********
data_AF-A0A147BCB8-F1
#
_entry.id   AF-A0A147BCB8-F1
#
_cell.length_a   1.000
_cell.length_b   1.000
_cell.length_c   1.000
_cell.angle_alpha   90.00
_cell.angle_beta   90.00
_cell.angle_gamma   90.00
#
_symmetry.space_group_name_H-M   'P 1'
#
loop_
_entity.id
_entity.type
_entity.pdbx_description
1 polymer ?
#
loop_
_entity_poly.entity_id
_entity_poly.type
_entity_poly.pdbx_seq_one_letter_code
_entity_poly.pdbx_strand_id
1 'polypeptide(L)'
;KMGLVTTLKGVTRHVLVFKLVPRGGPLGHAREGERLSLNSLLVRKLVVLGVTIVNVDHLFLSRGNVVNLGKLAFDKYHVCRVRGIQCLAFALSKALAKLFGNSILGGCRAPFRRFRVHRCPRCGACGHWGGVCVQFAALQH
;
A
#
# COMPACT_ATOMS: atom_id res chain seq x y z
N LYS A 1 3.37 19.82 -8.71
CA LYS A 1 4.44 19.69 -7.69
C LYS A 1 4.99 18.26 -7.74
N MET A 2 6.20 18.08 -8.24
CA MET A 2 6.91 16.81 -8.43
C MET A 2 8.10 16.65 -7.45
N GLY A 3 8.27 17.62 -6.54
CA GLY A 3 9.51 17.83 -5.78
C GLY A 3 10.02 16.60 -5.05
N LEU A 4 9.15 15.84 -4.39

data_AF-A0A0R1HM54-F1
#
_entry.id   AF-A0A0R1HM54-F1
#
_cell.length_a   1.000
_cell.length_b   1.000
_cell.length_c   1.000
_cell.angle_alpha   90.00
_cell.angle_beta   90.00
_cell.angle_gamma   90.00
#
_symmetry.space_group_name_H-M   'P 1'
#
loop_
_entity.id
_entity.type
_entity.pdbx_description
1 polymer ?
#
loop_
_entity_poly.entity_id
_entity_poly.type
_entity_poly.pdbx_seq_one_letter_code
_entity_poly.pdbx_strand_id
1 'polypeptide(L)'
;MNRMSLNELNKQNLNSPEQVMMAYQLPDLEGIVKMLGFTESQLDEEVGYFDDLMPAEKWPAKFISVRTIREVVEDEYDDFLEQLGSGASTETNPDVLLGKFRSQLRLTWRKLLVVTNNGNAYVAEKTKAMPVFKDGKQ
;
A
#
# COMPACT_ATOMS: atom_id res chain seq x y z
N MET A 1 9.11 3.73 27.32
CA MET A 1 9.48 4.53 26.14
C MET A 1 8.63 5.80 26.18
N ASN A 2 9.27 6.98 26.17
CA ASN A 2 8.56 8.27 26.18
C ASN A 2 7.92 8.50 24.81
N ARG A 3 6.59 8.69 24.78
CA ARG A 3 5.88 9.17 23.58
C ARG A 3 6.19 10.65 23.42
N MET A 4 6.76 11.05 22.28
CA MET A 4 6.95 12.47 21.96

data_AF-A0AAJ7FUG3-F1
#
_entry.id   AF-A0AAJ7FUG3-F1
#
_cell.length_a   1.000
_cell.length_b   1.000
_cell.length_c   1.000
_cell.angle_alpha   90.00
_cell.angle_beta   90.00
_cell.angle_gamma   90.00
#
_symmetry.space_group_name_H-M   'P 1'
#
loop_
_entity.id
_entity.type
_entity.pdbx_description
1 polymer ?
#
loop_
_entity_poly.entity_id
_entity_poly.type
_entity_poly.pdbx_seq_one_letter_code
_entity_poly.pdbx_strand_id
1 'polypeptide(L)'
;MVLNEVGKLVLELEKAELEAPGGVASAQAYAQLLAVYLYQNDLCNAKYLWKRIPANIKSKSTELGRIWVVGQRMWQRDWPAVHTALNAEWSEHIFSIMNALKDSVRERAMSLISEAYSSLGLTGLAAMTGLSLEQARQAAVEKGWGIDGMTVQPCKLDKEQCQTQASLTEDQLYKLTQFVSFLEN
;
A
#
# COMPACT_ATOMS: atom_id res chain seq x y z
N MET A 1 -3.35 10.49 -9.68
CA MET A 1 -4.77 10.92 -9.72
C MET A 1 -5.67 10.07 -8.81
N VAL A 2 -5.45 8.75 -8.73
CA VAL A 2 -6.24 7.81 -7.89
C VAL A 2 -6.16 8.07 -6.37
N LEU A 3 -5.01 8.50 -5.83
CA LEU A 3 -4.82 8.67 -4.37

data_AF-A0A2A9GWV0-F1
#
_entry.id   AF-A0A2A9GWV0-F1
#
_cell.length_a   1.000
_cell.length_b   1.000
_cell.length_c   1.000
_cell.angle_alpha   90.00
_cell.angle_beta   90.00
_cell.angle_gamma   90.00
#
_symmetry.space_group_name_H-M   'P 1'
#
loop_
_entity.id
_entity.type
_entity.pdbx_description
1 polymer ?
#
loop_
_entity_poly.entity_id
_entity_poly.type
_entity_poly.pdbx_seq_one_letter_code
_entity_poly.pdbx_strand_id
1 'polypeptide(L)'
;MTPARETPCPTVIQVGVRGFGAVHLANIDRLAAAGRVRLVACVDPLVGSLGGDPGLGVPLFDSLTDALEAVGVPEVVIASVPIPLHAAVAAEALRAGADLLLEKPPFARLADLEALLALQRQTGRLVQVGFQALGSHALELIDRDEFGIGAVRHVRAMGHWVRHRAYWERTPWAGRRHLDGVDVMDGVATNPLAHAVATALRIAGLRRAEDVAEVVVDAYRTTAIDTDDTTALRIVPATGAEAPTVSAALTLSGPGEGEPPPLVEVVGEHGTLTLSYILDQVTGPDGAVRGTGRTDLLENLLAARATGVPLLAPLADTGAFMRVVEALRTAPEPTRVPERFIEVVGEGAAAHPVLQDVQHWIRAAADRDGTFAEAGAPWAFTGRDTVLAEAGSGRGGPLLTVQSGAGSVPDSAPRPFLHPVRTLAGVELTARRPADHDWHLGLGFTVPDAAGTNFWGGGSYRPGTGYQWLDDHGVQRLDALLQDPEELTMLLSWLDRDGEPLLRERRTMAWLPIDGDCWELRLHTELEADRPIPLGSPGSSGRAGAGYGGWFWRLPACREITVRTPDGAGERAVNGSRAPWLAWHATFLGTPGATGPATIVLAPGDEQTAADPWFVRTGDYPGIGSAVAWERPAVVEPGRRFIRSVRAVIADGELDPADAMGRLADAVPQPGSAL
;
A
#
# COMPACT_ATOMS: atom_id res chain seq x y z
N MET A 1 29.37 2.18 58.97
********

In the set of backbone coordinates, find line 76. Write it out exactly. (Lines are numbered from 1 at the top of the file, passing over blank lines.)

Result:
C ASN A 2 7.92 8.50 24.81